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ILS funds face August losses on hurricane Harvey impact


A number of insurance-linked securities (ILS) and collateralized reinsurance investment funds are facing a negative return for August 2017, as losses and loss expectations from hurricane Harvey resulted in write-downs on investment positions, causing some funds to be negative for the month.

Hurricane HarveyThe losses for August are mainly falling to ILS funds that invest in collateralized reinsurance and private ILS structures, we understand, as hurricane Harvey has not hit any catastrophe bonds, aside from the initial mark-to-market impact. It was always going to be more of an issue for private ILS, collateralized reinsurance and retrocession fund strategies, given the flood versus wind impacts.

Hurricane Harvey made landfall in Texas near the end of the month though, on August 26th 2017, which was a Saturday and so some of the mark-t0-market impact to catastrophe bond positions will not have worked its way out of every ILS fund net asset value by the end of the month reporting, so some cat bond funds could also report worse performance for the month as well.

Looking at the ILS Advisers insurance-linked securities fund index, that tracks the performance of 32 leading ILS funds, it currently shows a 0.06% return for the month of August 2017, with roughly 85% of funds tracked having reported their monthly returns so far.

Sources said that there could be as many as one-third of the market’s ILS funds that report a negative month for August 2017, with some likely to report their worst single month of performance since the funds launch. We’re already aware of at least four to report a negative return so far.

We’re also told that there are likely to be a number of outliers in August, as a handful of higher risk ILS funds focused on collateralised reinsurance and private ILS positions are set to report very negative returns, according to sources.

It could be that these few funds, we’re hearing four to six so far, have sufficiently negative returns in August 2017 to drag the entire market index down as a result once all reports are in.

The ILS Advisers index is already suggesting that the market as a whole may be close to negative for August and that’s just after hurricane Harvey.

Although it is important to note that much of the downturn in August will be based on mark-to-market impacts and loss estimations, so some value will ultimately flow back to the funds as the scale of the losses become clearer.

September is likely to see the ILS fund market fall to a loss as a whole and the negative performance next month is likely to eclipse whatever we eventually see in August.

September saw the first Mexico earthquake that has caused the complete write-down of a $150 million earthquake exposed tranche of the IBRD / FONDEN 2017 catastrophe bond.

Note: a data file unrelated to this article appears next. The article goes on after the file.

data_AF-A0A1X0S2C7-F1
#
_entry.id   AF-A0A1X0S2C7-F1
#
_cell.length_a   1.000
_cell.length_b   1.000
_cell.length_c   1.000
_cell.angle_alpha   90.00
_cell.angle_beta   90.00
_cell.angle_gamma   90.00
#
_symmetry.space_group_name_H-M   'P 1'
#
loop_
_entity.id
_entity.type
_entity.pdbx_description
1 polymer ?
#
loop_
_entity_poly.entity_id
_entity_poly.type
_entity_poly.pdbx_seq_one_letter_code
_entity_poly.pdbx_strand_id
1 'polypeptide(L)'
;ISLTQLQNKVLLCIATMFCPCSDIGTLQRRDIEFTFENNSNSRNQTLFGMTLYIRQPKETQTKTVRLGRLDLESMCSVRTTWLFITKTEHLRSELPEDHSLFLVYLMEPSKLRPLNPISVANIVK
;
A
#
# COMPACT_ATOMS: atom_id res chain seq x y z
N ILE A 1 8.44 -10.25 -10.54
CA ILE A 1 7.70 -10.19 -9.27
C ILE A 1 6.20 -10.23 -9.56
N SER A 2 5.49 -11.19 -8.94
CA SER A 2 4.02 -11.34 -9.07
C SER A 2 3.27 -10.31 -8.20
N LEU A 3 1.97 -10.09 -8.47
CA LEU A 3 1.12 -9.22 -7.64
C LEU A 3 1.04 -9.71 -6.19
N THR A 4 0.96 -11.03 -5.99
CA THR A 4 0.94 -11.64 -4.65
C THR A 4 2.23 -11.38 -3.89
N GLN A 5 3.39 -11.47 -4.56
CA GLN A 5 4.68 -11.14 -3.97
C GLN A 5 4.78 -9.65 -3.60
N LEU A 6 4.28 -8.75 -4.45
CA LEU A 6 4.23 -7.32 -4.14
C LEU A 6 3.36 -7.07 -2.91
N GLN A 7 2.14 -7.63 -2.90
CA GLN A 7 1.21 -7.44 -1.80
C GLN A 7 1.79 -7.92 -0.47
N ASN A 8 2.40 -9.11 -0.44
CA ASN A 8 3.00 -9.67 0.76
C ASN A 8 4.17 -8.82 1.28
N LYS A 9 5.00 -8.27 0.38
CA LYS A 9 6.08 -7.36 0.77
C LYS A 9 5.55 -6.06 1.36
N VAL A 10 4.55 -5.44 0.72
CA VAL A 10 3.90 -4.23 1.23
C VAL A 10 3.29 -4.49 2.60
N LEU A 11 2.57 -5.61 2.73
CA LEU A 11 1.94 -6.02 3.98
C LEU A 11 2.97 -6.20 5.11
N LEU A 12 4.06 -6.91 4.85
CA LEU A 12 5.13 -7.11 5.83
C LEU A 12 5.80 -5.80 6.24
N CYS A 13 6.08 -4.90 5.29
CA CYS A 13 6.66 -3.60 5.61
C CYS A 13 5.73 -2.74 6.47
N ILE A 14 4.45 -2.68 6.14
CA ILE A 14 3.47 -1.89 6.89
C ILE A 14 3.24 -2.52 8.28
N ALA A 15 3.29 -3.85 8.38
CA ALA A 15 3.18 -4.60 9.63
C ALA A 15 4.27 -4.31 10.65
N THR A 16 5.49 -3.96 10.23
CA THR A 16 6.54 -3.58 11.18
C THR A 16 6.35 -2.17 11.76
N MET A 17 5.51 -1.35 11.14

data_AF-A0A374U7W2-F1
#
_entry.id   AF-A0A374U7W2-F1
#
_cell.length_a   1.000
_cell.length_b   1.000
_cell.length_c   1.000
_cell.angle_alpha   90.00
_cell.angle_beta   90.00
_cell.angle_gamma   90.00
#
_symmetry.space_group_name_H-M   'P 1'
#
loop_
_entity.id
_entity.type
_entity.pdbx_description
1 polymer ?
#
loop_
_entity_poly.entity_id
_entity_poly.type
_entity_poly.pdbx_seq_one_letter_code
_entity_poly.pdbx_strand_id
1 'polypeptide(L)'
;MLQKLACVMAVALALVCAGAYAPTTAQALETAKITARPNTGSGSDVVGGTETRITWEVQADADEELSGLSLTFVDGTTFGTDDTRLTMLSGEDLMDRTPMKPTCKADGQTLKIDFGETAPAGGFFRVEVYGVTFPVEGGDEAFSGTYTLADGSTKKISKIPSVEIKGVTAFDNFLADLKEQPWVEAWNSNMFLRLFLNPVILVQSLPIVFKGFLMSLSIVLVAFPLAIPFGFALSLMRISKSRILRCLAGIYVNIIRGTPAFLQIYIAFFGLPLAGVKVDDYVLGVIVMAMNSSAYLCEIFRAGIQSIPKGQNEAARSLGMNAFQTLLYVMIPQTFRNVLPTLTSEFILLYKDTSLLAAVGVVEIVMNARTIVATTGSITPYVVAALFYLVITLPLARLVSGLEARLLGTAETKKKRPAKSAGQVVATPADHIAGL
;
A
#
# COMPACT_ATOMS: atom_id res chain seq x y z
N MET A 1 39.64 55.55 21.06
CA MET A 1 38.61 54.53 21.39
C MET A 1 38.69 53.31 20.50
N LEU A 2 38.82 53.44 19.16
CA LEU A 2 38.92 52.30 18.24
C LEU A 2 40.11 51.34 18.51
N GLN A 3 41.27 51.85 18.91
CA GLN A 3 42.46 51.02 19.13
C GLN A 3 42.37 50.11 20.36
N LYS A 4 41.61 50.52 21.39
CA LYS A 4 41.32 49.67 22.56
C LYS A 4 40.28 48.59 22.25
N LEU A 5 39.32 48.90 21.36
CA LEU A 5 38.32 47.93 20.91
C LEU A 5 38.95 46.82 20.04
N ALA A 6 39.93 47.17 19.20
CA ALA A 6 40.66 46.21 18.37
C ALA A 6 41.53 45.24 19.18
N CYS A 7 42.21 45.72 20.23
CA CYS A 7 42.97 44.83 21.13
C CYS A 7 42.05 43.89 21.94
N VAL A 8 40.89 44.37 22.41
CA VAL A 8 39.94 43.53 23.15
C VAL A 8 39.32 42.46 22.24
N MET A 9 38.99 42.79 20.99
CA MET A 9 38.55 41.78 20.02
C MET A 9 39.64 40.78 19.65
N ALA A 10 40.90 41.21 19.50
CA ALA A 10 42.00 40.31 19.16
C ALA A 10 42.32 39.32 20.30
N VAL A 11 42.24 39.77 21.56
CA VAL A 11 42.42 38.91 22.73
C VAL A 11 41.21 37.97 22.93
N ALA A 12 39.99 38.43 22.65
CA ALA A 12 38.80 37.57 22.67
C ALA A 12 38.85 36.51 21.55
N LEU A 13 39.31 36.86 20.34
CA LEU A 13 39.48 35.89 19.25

The month also saw hurricane Irma strike the Caribbean and Florida, with industry loss expectations pointing to a much greater impact for reinsurance and ILS fund interests than are expected from hurricane Harvey. One catastrophe bond has already been confirmed as a loss from Irma’s impact and it’s possible we could see some more cat bonds triggered once the industry loss is better understood.

Then the second Mexico quake, this time focused on Mexico City, which is likely to create some small losses for a number of ILS funds, although far from a broad impact.

Finally, add in hurricane Maria’s impacts on the Caribbean and Puerto Rico, which could actually be the most expensive single loss of the month and could cause some impacts to ILS fund assets, and you have a particularly damaging month of September for the ILS fund market.

Considering August looks likely to be close to break-even for the ILS fund market, September is expected to be much worse given the amount of losses suffered from these catastrophe events.

Of course, this is just the ILS fund market we’ve discussed here, but it should be expected that sidecars and other collateralised reinsurance structures will suffer similar performance in August and September, some perhaps even worse if they take quota shares from sponsoring re/insurers that experience particularly heavy losses.

The upshot is losses for ILS end-investors. But every one we have spoken to in recent weeks, since the spate of catastrophe events began, has expressed an understanding that losses are inevitable, this is the job their capital is deployed to do, that they are determined to recapitalise managers funds and they have no intention of exiting the ILS market.

As we wrote before, it’s how the ILS market reacts to losses such as these that really matters. So far the reaction seems responsible and we believe likely to result in further ILS market growth down the line.

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